RealTime IT News

SBC Puts DSL Limits on Trial

Deep in the heart of Texas SBC Communications Inc. Wednesday made a major move toward eliminating distance barriers for the delivery of digital subscriber line services.

Current 17,500 feet DSL distance limitations has slowed deployment of high-speed access over the technology that revs up copper connections. SBC's $6 billion Project Pronto initiative is based on removing distance barriers to DSL service deployment.

SBC is pushing fiber deeper into its service area by installing or upgrading neighborhood broadband gateways, otherwise known as remote terminal access facilities. The plan is to place RTAs containing digital electronics closer to potential customers so DSL service deployment is not bound to the nearest central office.

Mike Turner, SBC broadband services president, said its neighborhood broadband gateways would dramatically expand the addressable market for DSL services.

"This is an important milestone for the DSL industry," Turner said. "We'll provide millions of additional customers with access to DSL service, and we're committed to providing a platform that enables all DSL providers to take advantage of this exciting breakthrough."

During the trials, SBC said it would provide competitive local exchange carriers with open access to its neighborhood broadband gateways and DSL network. SBC's move to share RTA access has been an issue with the Federal Communication Commission, which indicated it might extend the November 1999 line sharing order to include remote terminal access.

Ten data CLECs are set to participate in the market trials along with four of SBC's subsidiaries. Network tests are currently scheduled for Austin, Dallas, Ft. Worth, Houston, San Antonio, Kansas City, San Jose, Sacramento, Riverside, and Santa Rosa, CA, and Danbury, CT.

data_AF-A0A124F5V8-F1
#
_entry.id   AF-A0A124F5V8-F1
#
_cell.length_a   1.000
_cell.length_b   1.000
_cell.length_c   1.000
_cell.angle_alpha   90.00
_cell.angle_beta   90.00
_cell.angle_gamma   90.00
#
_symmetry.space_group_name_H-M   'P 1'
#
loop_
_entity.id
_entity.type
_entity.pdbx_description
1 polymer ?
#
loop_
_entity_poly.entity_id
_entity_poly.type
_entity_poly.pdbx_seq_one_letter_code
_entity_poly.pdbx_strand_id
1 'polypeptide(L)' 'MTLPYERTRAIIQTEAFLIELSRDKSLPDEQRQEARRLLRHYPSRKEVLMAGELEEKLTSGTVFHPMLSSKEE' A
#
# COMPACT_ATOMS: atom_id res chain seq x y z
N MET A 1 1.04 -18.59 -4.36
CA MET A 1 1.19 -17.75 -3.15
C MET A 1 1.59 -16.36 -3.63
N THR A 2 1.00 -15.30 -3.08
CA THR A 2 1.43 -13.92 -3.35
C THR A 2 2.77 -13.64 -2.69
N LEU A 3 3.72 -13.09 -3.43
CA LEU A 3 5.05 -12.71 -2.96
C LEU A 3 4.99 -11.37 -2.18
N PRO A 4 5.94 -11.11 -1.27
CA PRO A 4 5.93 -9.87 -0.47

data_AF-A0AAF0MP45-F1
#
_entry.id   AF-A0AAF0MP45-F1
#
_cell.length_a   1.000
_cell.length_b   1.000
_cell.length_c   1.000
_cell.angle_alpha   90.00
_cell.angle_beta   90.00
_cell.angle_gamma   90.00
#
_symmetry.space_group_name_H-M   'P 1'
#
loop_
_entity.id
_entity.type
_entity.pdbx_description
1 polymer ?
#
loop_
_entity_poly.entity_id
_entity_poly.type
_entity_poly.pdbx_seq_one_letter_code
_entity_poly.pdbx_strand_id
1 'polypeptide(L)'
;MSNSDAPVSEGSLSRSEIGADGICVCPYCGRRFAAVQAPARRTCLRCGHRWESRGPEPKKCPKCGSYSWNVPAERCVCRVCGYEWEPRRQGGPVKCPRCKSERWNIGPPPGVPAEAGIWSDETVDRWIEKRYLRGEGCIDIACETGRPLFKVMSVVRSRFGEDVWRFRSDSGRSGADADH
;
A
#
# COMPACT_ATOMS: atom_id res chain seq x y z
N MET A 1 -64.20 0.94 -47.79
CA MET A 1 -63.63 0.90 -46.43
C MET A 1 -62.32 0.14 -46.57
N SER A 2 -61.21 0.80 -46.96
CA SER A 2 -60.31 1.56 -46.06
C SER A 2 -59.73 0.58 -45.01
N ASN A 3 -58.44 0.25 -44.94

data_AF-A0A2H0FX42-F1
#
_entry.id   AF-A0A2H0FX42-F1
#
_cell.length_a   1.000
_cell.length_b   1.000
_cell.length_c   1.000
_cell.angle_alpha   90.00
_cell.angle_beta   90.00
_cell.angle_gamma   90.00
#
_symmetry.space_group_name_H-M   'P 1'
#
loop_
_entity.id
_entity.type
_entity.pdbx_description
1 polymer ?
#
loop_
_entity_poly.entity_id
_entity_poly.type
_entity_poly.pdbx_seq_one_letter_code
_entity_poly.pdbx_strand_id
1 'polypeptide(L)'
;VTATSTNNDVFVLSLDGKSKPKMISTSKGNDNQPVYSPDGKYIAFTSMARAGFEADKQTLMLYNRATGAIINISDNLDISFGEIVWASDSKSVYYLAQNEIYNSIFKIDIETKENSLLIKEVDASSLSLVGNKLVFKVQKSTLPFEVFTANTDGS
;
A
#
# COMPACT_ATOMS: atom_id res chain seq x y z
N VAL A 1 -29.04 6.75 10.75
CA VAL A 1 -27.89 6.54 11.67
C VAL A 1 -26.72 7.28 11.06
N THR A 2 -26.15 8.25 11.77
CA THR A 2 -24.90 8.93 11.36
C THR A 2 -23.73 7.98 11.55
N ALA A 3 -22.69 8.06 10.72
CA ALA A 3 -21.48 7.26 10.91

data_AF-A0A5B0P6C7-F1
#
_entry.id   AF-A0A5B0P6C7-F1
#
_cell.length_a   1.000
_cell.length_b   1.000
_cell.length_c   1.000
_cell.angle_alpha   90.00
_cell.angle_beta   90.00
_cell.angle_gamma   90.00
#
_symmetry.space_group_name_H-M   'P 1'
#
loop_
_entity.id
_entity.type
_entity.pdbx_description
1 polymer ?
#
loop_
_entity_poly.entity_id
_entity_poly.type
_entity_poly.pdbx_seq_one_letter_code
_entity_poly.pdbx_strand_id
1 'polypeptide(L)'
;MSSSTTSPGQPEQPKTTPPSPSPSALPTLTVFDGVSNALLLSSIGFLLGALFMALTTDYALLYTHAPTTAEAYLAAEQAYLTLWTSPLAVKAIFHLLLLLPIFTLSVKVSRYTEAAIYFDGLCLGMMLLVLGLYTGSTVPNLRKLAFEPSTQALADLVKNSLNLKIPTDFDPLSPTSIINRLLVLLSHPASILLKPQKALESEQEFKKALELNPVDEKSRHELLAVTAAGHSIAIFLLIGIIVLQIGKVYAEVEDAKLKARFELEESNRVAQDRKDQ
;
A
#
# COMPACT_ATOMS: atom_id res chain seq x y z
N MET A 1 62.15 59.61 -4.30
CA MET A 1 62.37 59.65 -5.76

National data carrier Rhythms NetConnections Inc. made RTA access an issue for SBC when it filed a complaint with the FCC earlier this year. Rhythms legal team cited SBC for closing the door on the independent carriers ability to deploy DSL services.

Because SBC laid fiber to fire up its neighborhood gateways, providers collocated at central offices could not tap into the service expansion because glass and copper does not play well together. Data CLECs needed access to SBC's remote terminals to deploy quality DSL services.

SBC's temporary move to share access with other providers should take the regulatory heat off the former "Baby Bell," if it moves to make shared remote terminal access a permanent feature.

The FCC is expected to decide the ownership issue related to the neighborhood broadband gateways later in the third quarter. Once that happens, SBC plans to activate approximately 4,000 neighborhood gateways by year-end and 18,000 remote terminals by the end of 2002.

SBC intends to use the trials to monitor ordering, provisioning, billing and maintenance systems that it had to establish in order to share remote terminal access.

SBC has already made copper-based broadband access available to 16 million homes and businesses in its service area by equipping more than 1,100 central offices in the U.S. It currently provides high-speed connectivity through more than 435,000 DSL lines in service.

By the end of this year, SBC plans to make DSL services available to more than 18 million homes and businesses, which represents about 50 percent of the company's customers. As a part of SBC's Project Pronto, DSL services will eventually be made available to more than 80 percent of its service area in two years.

Currently SBC delivers minimum downstream connection speeds of 384 kilobits per second in its Pacific Bell,